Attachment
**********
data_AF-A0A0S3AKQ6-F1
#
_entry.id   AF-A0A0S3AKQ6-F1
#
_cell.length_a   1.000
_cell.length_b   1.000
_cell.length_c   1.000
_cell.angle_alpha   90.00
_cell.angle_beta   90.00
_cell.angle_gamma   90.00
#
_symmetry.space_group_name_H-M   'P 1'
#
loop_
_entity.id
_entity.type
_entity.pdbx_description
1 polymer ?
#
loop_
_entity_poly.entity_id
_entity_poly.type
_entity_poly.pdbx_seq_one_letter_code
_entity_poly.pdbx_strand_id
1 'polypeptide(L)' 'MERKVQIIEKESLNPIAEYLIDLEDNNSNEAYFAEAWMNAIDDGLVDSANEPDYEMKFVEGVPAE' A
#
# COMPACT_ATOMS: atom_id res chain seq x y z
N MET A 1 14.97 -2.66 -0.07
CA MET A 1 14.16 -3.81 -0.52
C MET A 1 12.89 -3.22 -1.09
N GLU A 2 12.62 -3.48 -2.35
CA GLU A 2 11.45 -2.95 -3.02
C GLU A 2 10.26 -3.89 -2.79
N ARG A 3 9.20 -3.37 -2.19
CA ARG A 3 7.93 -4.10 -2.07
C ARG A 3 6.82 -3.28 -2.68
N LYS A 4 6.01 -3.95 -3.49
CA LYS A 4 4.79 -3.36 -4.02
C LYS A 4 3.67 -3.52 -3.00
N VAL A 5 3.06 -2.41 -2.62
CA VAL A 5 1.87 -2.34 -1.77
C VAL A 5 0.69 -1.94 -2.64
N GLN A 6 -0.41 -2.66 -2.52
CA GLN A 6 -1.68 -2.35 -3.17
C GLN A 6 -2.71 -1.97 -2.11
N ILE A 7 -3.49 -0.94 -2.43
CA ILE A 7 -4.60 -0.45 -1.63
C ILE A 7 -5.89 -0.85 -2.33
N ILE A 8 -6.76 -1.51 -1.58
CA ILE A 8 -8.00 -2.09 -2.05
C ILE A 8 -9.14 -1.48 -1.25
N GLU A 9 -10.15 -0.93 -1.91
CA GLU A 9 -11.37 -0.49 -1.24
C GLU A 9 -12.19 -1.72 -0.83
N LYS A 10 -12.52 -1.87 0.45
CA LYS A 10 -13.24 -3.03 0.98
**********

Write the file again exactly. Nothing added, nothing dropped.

data_AF-A0A0S3AKQ6-F1
#
_entry.id   AF-A0A0S3AKQ6-F1
#
_cell.length_a   1.000
_cell.length_b   1.000
_cell.length_c   1.000
_cell.angle_alpha   90.00
_cell.angle_beta   90.00
_cell.angle_gamma   90.00
#
_symmetry.space_group_name_H-M   'P 1'
#
loop_
_entity.id
_entity.type
_entity.pdbx_description
1 polymer ?
#
loop_
_entity_poly.entity_id
_entity_poly.type
_entity_poly.pdbx_seq_one_letter_code
_entity_poly.pdbx_strand_id
1 'polypeptide(L)' 'MERKVQIIEKESLNPIAEYLIDLEDNNSNEAYFAEAWMNAIDDGLVDSANEPDYEMKFVEGVPAE' A
#
# COMPACT_ATOMS: atom_id res chain seq x y z
N MET A 1 14.97 -2.66 -0.07
CA MET A 1 14.16 -3.81 -0.52
C MET A 1 12.89 -3.22 -1.09
N GLU A 2 12.62 -3.48 -2.35
CA GLU A 2 11.45 -2.95 -3.02
C GLU A 2 10.26 -3.89 -2.79
N ARG A 3 9.20 -3.37 -2.19
CA ARG A 3 7.93 -4.10 -2.07
C ARG A 3 6.82 -3.28 -2.68
N LYS A 4 6.01 -3.95 -3.49
CA LYS A 4 4.79 -3.36 -4.02
C LYS A 4 3.67 -3.52 -3.00
N VAL A 5 3.06 -2.41 -2.62
CA VAL A 5 1.87 -2.34 -1.77
C VAL A 5 0.69 -1.94 -2.64
N GLN A 6 -0.41 -2.66 -2.52
CA GLN A 6 -1.68 -2.35 -3.17
C GLN A 6 -2.71 -1.97 -2.11
N ILE A 7 -3.49 -0.94 -2.43
CA ILE A 7 -4.60 -0.45 -1.63
C ILE A 7 -5.89 -0.85 -2.33
N ILE A 8 -6.76 -1.51 -1.58
CA ILE A 8 -8.00 -2.09 -2.05
C ILE A 8 -9.14 -1.48 -1.25
N GLU A 9 -10.15 -0.93 -1.91
CA GLU A 9 -11.37 -0.49 -1.24
C GLU A 9 -12.19 -1.72 -0.83
N LYS A 10 -12.52 -1.87 0.45
CA LYS A 10 -13.24 -3.03 0.98